Author Ron Capps. (contributed photo)

Author Ron Capps. (contributed photo)

“I think the craft of writing is the best way we have of dealing with the most vital, painful and beautiful aspects of life. Hopefully, I’ll have something useful to say to writers who are trying to figure out how to approach subjects that are important to them,” Klay said. “Certainly, I’ve found conversations with veteran writers to be hugely important in helping me to formulate my thoughts.”

Klay won the 2014 National Book Award for Fiction for “Redeployment,” a collection of short stories about the war he witnessed in Iraq during a 2007 troop surge intended push back against a raging insurgency that threatened Iraq’s future.

“It’s such an odd space to be in, transferring being at war in Iraq and at peace the States, between one’s primary sense of oneself as a Marine and as a husband, as a soldier and a citizen,” Klay said. He hopes that his work, and the writing produced by the Veterans Writing Workshop, will extend a bridge to those who didn’t share the experiences of combat.

Klay continues to be affected by his time in Iraq and the continuing legacy of a war well into its second decade. In February 2017, the New York Times published an opinion piece (https://www.nytimes.com/2017/02/10/opinion/sunday/what-were-fighting-for.html) that commended the moral courage of individual American fighting men and women.

“I think I’ve continued to develop a respect for the depth and complexity of veteran’s experiences. I’ve also thought more about the role of American citizens more broadly, whether veteran or not, and the things that unify us as a country,” Klay said.

Veterans and military-connected writers interested in participating in the Veterans Writing workshop can visit http://www.ecu.edu/cs-acad/veteranswritingworkshop/registration.cfm to register.

 

 

-by Benjamin Abel, Thomas Harriot College of Arts and Sciences

ECU students attend 2017 Retail’s BIG Show in NYC

Semi-finalist for the Next Generation Scholarship. (contributed photo)

Semi-finalist for the Next Generation Scholarship. (contributed photo)

National Retail Federation (NRF) provided $6000 in travel scholarships for seven students from the Interior Design and Merchandising department to attend the 2017 Retail’s BIG Show Student Program in New York City, NY January 13-15, 2017. One of the students who attended the Retail Big Show (Matthew Talbot) was among the 25 semi-finalists nationwide for the Next Generation Scholarship https://nrf.com/career-center/scholarships/next-generation-scholarship/next-generation-class-of-2017.   Other students who attended the show are Morgan Price (Next Generation Scholarship), Lindsay Grimmett (NRF Student Ambassador), Sydney Warren (Rising Star), Grace Gemberling, Caroline Pearson, and Rebecca Olsen.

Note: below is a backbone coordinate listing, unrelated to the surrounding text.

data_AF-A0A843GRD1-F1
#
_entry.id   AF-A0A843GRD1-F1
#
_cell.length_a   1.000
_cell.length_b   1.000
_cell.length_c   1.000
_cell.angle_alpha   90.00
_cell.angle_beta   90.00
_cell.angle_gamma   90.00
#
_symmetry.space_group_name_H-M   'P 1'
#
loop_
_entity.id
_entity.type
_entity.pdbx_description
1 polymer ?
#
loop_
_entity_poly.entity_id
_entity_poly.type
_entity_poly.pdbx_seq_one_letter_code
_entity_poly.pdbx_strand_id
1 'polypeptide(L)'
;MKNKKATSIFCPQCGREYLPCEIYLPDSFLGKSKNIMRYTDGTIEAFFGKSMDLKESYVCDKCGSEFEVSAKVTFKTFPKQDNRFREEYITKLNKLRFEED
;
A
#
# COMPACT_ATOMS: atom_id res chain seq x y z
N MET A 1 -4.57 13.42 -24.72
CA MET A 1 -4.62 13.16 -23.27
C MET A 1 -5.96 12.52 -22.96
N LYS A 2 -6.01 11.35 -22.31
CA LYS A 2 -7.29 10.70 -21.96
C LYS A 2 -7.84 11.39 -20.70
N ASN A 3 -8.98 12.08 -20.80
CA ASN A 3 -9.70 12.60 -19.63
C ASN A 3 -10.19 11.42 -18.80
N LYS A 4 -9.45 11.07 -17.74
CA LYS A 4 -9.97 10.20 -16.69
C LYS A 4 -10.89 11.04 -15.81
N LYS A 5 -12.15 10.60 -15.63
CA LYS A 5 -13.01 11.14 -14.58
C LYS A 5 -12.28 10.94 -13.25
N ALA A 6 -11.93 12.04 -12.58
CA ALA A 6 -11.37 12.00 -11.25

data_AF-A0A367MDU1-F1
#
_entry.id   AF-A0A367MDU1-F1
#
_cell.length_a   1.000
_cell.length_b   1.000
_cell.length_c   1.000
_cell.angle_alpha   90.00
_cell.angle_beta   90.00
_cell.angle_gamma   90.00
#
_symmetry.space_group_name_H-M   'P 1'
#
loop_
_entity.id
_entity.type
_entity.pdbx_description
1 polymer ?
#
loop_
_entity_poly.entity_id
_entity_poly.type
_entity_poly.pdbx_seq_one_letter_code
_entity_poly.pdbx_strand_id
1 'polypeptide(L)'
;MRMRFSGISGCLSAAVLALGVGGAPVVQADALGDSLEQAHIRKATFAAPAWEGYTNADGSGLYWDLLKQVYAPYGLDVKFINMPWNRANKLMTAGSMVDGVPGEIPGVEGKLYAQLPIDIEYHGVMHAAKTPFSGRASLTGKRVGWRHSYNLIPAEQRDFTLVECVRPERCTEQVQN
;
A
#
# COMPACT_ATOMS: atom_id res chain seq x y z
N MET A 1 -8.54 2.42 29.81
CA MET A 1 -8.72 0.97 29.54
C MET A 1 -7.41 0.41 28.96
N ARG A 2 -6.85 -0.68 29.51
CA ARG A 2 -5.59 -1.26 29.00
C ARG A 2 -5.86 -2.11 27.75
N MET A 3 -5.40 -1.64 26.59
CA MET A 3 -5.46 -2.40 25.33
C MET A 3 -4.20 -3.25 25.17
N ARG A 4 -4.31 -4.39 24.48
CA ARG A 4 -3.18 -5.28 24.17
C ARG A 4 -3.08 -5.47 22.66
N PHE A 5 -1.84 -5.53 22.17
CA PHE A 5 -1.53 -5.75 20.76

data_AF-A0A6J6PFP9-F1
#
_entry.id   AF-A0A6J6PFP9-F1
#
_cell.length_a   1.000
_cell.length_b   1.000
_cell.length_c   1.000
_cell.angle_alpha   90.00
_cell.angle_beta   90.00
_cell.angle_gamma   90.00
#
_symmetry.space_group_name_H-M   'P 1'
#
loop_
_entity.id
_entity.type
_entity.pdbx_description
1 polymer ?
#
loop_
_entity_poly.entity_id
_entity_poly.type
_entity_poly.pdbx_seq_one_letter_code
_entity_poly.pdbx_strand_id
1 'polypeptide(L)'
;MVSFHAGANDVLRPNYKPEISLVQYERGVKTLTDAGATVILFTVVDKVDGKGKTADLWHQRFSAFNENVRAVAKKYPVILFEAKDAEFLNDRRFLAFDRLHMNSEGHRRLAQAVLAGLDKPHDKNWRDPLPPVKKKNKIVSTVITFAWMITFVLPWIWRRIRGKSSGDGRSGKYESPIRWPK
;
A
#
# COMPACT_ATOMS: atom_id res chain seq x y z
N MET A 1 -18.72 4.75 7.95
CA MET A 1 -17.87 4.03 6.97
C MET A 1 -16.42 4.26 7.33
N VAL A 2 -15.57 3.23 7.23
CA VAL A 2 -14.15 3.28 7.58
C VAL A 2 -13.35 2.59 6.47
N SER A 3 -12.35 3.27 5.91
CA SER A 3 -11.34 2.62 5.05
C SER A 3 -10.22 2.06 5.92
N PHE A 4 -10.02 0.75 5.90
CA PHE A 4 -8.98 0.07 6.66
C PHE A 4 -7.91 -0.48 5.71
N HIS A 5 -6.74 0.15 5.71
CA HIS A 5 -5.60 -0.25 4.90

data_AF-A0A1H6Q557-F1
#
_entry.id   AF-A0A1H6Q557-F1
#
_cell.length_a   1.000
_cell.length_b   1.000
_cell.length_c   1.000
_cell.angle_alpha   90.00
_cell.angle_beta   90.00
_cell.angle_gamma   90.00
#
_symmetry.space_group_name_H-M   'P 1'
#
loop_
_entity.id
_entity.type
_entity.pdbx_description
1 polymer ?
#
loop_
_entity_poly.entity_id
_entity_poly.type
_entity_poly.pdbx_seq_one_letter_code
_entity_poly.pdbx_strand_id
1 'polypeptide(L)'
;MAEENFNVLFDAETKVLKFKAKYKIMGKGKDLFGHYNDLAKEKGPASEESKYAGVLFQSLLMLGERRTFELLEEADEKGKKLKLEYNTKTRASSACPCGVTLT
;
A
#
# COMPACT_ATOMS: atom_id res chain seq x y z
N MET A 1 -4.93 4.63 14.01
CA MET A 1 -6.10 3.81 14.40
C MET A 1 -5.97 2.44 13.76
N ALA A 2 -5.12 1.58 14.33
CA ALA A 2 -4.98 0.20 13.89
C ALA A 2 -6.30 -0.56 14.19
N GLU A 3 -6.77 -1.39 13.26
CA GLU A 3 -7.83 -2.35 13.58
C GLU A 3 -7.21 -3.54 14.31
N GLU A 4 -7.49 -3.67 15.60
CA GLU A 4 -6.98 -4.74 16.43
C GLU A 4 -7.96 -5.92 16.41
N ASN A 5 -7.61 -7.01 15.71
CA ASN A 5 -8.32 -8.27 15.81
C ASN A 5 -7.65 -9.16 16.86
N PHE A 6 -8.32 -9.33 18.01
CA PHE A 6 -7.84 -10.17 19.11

Students from ECU at the 2017 Retail’s BIG show. (contributed photo)

Students from ECU at the 2017 Retail’s BIG show. (contributed photo)

Over 500 students from 70 universities nationwide attended this event. Students got the opportunity to hear industry professionals such as Rebecca Minkoff (Designer), Simon Sinek (Leadership speaker from TED Talks), Karen Katz (CEO of Neiman Marcus), in addition to top industry professionals from Dillard’s, Belk, Disney, Kohl’s, HSN, Walmart, etc. Caroline Pearson received an internship with Belk after the interview and was also contacted by Ross Stores, Inc. for a phone interview, Lindsay Grimmett got an internship offer from HSN and Grace Gemberling is interviewing with Macy’s and Nordstrom for a summer internship. Faculty advisor for the NRF Student chapter is Marina Alexander.